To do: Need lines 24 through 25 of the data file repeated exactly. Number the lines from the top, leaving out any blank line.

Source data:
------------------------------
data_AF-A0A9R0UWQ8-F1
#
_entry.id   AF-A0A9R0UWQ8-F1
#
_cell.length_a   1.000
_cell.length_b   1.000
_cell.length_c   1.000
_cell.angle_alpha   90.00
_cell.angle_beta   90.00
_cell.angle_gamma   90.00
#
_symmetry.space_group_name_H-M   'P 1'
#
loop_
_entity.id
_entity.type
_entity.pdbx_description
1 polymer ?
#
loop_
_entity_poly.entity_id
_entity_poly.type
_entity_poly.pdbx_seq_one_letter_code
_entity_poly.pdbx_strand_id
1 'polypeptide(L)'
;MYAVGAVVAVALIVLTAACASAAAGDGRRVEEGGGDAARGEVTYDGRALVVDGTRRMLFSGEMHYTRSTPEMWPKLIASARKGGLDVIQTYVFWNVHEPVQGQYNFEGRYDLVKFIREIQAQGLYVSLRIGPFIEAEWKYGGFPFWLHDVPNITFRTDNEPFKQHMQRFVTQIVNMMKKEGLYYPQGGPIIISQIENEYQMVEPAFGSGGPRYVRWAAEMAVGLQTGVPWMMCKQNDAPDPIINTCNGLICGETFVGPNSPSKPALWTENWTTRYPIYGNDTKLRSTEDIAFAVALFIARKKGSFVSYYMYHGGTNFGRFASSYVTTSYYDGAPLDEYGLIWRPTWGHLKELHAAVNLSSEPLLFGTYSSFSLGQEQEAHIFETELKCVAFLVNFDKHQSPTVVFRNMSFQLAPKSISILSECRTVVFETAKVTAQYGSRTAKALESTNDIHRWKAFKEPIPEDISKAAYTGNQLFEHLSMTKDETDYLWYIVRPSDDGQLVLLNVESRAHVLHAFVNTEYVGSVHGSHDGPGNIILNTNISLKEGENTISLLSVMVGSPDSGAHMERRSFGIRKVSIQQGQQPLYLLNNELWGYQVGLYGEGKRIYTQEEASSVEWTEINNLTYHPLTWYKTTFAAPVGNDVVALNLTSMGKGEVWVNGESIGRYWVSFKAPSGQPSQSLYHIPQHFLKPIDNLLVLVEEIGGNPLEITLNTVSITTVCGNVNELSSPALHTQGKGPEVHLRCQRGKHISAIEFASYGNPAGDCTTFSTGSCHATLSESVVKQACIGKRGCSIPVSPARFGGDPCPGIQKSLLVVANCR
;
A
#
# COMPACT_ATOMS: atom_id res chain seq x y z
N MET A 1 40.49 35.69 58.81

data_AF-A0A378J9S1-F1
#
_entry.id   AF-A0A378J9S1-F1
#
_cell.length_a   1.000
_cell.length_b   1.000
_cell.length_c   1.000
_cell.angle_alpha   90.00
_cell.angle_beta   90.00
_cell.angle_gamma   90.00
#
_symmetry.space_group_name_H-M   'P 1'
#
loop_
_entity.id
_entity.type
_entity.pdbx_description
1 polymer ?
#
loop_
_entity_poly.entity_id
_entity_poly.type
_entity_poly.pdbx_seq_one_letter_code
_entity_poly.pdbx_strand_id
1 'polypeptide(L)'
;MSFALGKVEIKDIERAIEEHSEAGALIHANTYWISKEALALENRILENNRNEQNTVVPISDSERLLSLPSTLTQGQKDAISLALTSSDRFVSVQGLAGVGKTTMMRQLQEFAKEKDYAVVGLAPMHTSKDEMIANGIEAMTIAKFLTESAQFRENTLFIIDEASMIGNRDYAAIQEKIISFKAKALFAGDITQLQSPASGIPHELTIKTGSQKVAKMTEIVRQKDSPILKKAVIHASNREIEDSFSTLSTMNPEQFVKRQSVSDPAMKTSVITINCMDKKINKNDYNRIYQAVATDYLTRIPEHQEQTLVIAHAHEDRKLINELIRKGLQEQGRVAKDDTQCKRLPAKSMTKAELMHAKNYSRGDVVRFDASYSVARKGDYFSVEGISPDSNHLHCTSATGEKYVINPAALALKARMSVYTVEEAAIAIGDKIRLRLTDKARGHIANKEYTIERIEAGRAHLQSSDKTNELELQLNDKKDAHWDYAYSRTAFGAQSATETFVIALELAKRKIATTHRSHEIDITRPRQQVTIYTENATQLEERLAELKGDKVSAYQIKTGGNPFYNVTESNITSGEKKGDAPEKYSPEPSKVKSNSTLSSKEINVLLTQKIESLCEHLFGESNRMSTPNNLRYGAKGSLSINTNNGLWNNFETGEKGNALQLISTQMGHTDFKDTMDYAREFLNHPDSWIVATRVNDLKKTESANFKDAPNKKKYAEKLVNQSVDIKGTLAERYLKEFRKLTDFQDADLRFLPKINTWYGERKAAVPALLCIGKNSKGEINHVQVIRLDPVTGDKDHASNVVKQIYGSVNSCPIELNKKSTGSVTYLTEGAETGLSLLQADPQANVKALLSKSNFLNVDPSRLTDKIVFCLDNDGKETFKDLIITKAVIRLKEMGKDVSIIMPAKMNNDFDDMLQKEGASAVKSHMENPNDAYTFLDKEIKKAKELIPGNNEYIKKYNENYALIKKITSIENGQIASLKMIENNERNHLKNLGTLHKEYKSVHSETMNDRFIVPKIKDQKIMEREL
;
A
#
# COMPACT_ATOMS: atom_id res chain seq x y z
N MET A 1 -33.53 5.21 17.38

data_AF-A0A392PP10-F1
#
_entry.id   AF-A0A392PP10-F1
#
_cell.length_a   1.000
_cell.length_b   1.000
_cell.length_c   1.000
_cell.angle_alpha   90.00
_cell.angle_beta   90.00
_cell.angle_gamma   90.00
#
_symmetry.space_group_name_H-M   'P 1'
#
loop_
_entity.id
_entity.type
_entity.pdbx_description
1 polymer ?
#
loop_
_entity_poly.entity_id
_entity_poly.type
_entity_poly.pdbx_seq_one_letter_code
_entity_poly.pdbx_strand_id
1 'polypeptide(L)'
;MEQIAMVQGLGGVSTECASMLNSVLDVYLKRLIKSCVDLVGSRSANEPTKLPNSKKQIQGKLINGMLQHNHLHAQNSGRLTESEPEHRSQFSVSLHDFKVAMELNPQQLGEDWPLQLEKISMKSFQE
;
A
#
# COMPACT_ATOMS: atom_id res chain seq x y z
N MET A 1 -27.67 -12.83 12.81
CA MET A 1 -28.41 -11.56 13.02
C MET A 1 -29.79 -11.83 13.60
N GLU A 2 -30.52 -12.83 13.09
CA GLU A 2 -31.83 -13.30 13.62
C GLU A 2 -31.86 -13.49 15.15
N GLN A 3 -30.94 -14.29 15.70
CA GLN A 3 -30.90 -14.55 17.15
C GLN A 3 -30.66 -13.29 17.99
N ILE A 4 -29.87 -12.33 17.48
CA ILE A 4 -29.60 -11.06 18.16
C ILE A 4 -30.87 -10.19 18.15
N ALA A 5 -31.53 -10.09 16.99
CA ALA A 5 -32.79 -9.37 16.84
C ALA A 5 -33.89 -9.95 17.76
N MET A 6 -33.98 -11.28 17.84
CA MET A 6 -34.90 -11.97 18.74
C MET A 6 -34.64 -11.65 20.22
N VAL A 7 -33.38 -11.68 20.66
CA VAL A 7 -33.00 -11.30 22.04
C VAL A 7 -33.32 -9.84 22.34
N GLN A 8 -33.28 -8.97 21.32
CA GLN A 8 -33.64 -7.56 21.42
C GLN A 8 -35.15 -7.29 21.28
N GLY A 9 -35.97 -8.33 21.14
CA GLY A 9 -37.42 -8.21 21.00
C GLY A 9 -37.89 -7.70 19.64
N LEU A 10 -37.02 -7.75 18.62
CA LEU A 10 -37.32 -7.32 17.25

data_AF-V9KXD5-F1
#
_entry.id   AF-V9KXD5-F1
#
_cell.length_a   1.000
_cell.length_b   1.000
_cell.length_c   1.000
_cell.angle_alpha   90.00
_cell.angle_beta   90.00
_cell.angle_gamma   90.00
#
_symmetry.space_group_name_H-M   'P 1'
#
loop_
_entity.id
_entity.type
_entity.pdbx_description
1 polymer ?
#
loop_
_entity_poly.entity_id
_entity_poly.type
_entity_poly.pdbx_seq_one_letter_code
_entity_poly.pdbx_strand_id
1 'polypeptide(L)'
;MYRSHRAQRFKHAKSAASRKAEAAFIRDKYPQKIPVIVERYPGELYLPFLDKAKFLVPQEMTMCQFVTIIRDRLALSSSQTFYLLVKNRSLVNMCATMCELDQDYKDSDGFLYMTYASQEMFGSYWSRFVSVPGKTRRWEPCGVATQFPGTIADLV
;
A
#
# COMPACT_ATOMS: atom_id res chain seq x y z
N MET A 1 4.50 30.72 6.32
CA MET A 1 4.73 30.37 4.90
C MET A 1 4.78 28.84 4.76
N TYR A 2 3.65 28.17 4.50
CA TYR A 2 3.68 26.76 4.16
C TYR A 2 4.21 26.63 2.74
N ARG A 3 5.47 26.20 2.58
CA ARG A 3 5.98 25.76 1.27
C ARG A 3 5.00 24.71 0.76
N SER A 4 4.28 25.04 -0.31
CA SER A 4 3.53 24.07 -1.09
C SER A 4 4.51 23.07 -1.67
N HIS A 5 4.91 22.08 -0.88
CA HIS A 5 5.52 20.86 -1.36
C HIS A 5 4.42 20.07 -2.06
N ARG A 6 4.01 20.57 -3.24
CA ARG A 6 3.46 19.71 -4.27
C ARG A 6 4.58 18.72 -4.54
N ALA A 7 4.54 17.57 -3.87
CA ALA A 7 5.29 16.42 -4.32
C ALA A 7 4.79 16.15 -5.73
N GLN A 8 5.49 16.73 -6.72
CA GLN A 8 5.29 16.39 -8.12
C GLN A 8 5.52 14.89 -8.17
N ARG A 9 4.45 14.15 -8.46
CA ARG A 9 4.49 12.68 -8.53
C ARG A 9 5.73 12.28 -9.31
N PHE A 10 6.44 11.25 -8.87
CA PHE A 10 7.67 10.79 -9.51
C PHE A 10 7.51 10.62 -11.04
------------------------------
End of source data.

_entity_poly.pdbx_strand_id
1 'polypeptide(L)'